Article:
Storage of pancreatic digest before islet purification. The influence of colloids and the sodium to potassium ratio in University of Wisconsin-based preservation solutions.
Chadwick DR., Robertson GS., Contractor HH., Rose S., Johnson PR., James RF., Bell PR., London NJ.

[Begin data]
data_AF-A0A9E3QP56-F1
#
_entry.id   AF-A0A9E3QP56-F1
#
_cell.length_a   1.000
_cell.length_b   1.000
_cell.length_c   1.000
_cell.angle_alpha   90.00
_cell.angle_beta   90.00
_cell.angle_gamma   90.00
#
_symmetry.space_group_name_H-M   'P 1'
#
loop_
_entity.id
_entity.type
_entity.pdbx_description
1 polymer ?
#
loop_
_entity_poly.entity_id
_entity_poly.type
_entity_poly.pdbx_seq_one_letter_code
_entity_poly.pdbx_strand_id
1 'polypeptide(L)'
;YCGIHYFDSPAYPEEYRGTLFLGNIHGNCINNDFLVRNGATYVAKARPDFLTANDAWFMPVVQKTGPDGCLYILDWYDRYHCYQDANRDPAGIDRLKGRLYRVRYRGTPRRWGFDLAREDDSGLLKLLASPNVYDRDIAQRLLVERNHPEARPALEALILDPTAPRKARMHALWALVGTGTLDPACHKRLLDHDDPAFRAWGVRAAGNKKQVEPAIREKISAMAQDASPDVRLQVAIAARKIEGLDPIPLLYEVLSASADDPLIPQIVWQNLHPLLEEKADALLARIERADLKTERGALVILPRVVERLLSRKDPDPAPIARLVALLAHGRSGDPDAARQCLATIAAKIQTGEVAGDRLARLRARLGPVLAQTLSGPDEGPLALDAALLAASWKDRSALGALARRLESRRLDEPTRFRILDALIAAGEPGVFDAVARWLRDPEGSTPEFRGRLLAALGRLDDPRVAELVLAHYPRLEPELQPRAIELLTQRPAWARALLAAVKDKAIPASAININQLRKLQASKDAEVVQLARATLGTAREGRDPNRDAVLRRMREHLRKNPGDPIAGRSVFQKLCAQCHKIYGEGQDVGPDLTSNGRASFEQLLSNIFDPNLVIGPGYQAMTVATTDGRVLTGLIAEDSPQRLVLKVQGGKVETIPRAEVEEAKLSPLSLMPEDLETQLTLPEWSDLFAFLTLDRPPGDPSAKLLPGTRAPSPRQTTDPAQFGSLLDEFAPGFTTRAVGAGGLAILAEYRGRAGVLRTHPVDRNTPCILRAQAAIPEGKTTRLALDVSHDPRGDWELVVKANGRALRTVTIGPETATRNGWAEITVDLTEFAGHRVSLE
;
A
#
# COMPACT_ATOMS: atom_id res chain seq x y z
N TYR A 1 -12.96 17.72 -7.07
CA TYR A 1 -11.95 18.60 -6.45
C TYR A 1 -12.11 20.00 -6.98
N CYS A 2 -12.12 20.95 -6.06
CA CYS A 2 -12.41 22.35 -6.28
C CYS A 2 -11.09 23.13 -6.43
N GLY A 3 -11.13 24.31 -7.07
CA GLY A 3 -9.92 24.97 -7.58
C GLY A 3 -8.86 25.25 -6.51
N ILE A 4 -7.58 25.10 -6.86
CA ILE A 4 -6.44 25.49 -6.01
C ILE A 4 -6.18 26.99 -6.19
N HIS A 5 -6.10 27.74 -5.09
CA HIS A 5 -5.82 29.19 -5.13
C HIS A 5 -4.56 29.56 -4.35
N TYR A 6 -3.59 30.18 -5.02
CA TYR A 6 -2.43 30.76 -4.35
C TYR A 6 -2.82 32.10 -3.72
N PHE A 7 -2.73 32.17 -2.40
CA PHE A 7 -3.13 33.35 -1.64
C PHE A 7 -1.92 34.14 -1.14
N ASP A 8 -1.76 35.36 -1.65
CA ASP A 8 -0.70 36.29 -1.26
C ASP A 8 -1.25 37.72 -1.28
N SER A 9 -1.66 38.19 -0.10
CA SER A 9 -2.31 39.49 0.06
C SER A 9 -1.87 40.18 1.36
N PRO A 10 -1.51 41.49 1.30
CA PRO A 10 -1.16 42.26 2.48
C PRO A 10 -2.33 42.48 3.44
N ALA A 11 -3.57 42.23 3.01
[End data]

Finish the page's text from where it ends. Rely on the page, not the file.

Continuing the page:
The density-dependent purification of islets from several species of mammalian pancreata is improved by prior storage of the dispersed, collagenase-digested pancreas in suitable storage solutions, such as University of Wisconsin (UW) solution. The optimal composition of such solutions, however, is not fully established, although previous investigations have suggested separately that cellular impermeants and colloids are important components. To investigate this issue further, dispersed tissues from 7 porcine and 7 human pancreata were stored in UW or in solutions containing the impermeants lactobionate and raffinose, with either no added colloid or in the presence of the colloids hydroxyethyl starch, dextran 40, dextran 250, or Ficoll 400; hydroxyethyl starch-containing solutions in which the principal cation was sodium, rather than potassium, were also studied. Subsequent purification of islets on continuous linear density gradients of BSA was then assessed by insulin/amylase assay of gradient fractions. Islet purity was slightly reduced using solutions containing impermeants but lacking a colloid, compared with using UW. In the combined presence of impermeants and a colloid, however, islet purity was similar to that obtained with UW, and for porcine pancreata, solutions containing Ficoll 400 or dextran 40 were slightly superior to UW. Purity was not, however, influenced by the sodium to potassium ratio of storage media. In conclusion, impermeants and colloids are both essential components of solutions used to preserve pancreatic tissue before islet purification, findings which may be relevant when designing media for use during other phases of islet isolation, e.g., during collagenase digestion/density gradient purification.